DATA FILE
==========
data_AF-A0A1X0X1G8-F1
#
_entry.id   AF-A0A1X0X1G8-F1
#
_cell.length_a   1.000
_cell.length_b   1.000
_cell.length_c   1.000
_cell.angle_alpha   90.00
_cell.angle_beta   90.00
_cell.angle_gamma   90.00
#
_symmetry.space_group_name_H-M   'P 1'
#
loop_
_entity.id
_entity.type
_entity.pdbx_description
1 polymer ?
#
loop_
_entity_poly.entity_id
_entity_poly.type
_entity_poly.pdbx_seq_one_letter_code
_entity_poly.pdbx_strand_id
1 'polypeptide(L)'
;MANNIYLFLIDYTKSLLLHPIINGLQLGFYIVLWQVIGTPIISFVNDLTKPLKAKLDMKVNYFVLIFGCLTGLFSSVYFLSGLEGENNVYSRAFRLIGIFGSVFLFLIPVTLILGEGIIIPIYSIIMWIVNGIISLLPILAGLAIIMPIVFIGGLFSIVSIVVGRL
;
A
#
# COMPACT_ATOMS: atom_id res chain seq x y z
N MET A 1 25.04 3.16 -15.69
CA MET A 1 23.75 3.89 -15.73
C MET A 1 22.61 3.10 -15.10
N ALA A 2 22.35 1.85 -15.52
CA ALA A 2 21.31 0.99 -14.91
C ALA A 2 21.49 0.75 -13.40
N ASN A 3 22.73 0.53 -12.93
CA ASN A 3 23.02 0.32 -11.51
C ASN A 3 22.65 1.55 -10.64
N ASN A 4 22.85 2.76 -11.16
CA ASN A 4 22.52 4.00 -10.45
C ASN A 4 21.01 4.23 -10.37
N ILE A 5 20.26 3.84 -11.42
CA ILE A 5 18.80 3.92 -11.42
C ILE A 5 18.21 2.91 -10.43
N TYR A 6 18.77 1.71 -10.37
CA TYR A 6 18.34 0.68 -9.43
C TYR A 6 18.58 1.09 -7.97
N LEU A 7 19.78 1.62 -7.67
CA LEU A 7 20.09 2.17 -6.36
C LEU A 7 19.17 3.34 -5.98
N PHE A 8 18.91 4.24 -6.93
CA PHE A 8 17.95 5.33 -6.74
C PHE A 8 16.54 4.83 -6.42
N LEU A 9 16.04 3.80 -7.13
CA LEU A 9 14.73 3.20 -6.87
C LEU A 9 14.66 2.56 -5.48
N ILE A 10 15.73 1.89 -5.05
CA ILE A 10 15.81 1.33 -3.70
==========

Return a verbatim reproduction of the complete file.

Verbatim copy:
data_AF-A0A1X0X1G8-F1
#
_entry.id   AF-A0A1X0X1G8-F1
#
_cell.length_a   1.000
_cell.length_b   1.000
_cell.length_c   1.000
_cell.angle_alpha   90.00
_cell.angle_beta   90.00
_cell.angle_gamma   90.00
#
_symmetry.space_group_name_H-M   'P 1'
#
loop_
_entity.id
_entity.type
_entity.pdbx_description
1 polymer ?
#
loop_
_entity_poly.entity_id
_entity_poly.type
_entity_poly.pdbx_seq_one_letter_code
_entity_poly.pdbx_strand_id
1 'polypeptide(L)'
;MANNIYLFLIDYTKSLLLHPIINGLQLGFYIVLWQVIGTPIISFVNDLTKPLKAKLDMKVNYFVLIFGCLTGLFSSVYFLSGLEGENNVYSRAFRLIGIFGSVFLFLIPVTLILGEGIIIPIYSIIMWIVNGIISLLPILAGLAIIMPIVFIGGLFSIVSIVVGRL
;
A
#
# COMPACT_ATOMS: atom_id res chain seq x y z
N MET A 1 25.04 3.16 -15.69
CA MET A 1 23.75 3.89 -15.73
C MET A 1 22.61 3.10 -15.10
N ALA A 2 22.35 1.85 -15.52
CA ALA A 2 21.31 0.99 -14.91
C ALA A 2 21.49 0.75 -13.40
N ASN A 3 22.73 0.53 -12.93
CA ASN A 3 23.02 0.32 -11.51
C ASN A 3 22.65 1.55 -10.64
N ASN A 4 22.85 2.76 -11.16
CA ASN A 4 22.52 4.00 -10.45
C ASN A 4 21.01 4.23 -10.37
N ILE A 5 20.26 3.84 -11.42
CA ILE A 5 18.80 3.92 -11.42
C ILE A 5 18.21 2.91 -10.43
N TYR A 6 18.77 1.71 -10.37
CA TYR A 6 18.34 0.68 -9.43
C TYR A 6 18.58 1.09 -7.97
N LEU A 7 19.78 1.62 -7.67
CA LEU A 7 20.09 2.17 -6.36
C LEU A 7 19.17 3.34 -5.98
N PHE A 8 18.91 4.24 -6.93
CA PHE A 8 17.95 5.33 -6.74
C PHE A 8 16.54 4.83 -6.42
N LEU A 9 16.04 3.80 -7.13
CA LEU A 9 14.73 3.20 -6.87
C LEU A 9 14.66 2.56 -5.48
N ILE A 10 15.73 1.89 -5.05
CA ILE A 10 15.81 1.33 -3.70